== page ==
Jennifer Silverberg – who has photographed on-location across the country and around the world – was already working from home when the COVID-19 pandemic hit.
The photographer – whose portfolio includes clients ranging from the commercial food and farming industries to lifestyles and even cannabis production – had recently moved into a new house that doubled as a stylish photography studio in a quirky corner of Webster Groves. Silverberg and her husband worked with Nick Adams, owner of St. Louis’ Mademan Design, to bring the dream space to reality. The process was a long time in the making.
“I’d outgrown the studio I was in – not enough storage, and the kitchen wasn’t what I needed for food photography,” Silverberg says. “We’d also outgrown our home at the same time.”
Silverberg’s husband suggested the idea of a live-work home. With his 9-to-5 and her chaotic, all-consuming photography business, the couple needed a solution that accommodated both of their schedules. The only problem? What Silverberg wanted either didn’t exist or wasn’t on the market. They each had an epiphany: People build houses, right?
The couple contacted Adams, whose company specializes in sustainable design projects. Years back, they’d spotted his name outside an impressive house and kept it in mind. The three started talking numbers, but Silverberg’s vision didn’t match the required budget.
Coincidentally, after the couple decided to table talks with Adams, Silverberg was assigned to shoot photos of the designer-architect for a local lifestyle publication. They spent nearly an hour and a half together – 20 minutes taking pictures and the rest of the time discussing the live-work house. By the end of their time together, Adams agreed to take on the project.
“He was really great at not only hearing our wants, needs, concerns – all of that – but also managing our expectations,” Silverberg says. “For someone who has zero experience in creating a space, I knew what I wanted but didn’t know the ins and outs. And he did the proper amount of educating and bringing us through that process.”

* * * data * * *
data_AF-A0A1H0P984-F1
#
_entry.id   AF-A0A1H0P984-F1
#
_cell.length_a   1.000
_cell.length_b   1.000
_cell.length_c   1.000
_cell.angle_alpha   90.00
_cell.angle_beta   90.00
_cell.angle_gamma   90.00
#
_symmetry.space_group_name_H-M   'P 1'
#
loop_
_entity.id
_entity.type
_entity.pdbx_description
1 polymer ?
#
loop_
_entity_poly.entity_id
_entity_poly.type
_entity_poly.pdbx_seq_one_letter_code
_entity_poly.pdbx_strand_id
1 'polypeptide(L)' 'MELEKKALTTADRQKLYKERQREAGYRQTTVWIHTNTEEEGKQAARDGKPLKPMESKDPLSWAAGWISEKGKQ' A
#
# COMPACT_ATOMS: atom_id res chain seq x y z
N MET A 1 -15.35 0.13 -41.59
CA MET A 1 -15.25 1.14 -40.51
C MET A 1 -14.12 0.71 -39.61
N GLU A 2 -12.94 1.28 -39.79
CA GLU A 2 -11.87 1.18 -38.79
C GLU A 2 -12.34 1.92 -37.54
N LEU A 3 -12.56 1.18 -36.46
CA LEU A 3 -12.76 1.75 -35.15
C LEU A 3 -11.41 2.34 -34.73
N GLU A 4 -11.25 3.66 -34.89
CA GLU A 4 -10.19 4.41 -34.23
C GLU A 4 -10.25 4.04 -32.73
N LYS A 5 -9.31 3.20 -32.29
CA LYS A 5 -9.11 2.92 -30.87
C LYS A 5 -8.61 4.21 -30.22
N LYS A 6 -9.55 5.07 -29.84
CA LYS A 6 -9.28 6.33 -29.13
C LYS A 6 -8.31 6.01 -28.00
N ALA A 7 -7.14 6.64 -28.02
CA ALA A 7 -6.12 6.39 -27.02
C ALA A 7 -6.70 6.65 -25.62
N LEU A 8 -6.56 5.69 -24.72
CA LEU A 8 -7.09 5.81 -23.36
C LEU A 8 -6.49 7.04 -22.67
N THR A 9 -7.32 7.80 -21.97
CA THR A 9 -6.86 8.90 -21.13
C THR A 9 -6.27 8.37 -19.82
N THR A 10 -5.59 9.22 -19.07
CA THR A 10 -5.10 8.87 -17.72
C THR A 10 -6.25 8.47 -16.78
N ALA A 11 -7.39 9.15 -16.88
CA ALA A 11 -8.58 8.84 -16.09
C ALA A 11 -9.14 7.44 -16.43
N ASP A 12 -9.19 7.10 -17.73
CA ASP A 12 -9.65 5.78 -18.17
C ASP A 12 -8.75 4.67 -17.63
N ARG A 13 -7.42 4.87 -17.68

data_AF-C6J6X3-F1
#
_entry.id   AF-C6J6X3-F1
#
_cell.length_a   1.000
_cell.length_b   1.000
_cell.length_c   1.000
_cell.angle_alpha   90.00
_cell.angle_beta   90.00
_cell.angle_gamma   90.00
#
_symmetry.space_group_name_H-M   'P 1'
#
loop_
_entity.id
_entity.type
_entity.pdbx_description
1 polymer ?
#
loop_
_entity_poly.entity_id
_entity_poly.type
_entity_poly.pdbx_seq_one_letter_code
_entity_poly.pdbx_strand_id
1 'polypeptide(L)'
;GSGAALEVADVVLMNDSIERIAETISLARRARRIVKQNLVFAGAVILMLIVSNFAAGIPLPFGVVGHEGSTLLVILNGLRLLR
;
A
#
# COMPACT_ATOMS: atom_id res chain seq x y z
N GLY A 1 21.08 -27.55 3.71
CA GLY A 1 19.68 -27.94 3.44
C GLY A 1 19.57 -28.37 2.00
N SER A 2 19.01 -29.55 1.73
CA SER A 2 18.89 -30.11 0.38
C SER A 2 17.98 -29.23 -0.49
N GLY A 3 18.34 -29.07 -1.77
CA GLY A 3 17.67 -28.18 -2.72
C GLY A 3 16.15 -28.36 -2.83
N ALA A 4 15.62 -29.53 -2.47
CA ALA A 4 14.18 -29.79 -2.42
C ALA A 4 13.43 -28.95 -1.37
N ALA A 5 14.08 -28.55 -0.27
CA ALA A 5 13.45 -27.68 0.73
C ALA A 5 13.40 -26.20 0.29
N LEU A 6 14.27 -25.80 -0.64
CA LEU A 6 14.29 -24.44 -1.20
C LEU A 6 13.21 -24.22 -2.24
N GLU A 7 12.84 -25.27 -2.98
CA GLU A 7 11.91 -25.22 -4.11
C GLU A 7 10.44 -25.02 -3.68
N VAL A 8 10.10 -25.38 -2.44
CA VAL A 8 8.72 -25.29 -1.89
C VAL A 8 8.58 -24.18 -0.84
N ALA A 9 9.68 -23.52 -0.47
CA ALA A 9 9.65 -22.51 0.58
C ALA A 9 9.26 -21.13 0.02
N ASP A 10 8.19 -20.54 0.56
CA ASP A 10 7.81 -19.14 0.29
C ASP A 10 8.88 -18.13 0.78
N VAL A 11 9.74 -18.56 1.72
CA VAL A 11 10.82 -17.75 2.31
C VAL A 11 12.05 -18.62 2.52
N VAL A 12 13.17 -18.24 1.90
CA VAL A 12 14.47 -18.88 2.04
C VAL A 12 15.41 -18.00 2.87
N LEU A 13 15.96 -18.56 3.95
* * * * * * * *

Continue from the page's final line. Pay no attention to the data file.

No detail was left unconsidered in the design of Silverberg’s studio. While the couple lives on the second floor, the bottom level of the house is dedicated to her workspace. It features a showpiece kitchen with an extra-large island for food prep, ample storage, two refrigeration columns, two ovens, a range cooktop with six burners and a char grill.
Other parts of the studio offer abundant natural light and plenty of empty space that can be transformed into anything a shoot requires. There’s also a sizable garage door that makes it easy to load and unload equipment and products directly into the studio.
This ease contributes to the studio’s streamlined-yet-attractive workflow. Silverberg credits much of the space’s appeal to its design.
“There’s a certain sort of quiet elegance in its simplicity,” she says. “It speaks to my own aesthetic, both photographically and just personally.”
But like so many small businesses, Silverberg’s setup changed when the city issued COVID-19 restrictions. The studio shut down completely in the first few months of the pandemic, when little was known about the virus and how to keep people safe. Now, she has a system down pat.
In addition to following federal Centers for Disease Control and Prevention guidelines like wearing masks, social distancing and sanitizing frequently – and investing in an impressive air-filtration system – Silverberg produced a video that demonstrates how clients can work remotely with her team. People can watch her work via livestream and view Silverberg’s computer screen during shoots to ask and answer questions, make suggestions and interact in other ways.
“[It] changes almost nothing, except they’re not here,” she says. “We can communicate in real time with plenty of room for ‘on-set’ decisions to be made.”
Silverberg expects these conveniences to survive well past the pandemic. Still, the expert design of her new space helped Silverberg more easily adapt to the rapidly changing coronavirus restrictions and best practices. Combined, the modern approach to photography showcased her commitment to serving clients – and delivering killer creative no matter the obstacle.
“I freaking feel lucky every day to be here,” she says. “Especially during a pandemic.”
Jennifer Silverberg Photography, jennifersilverberg.com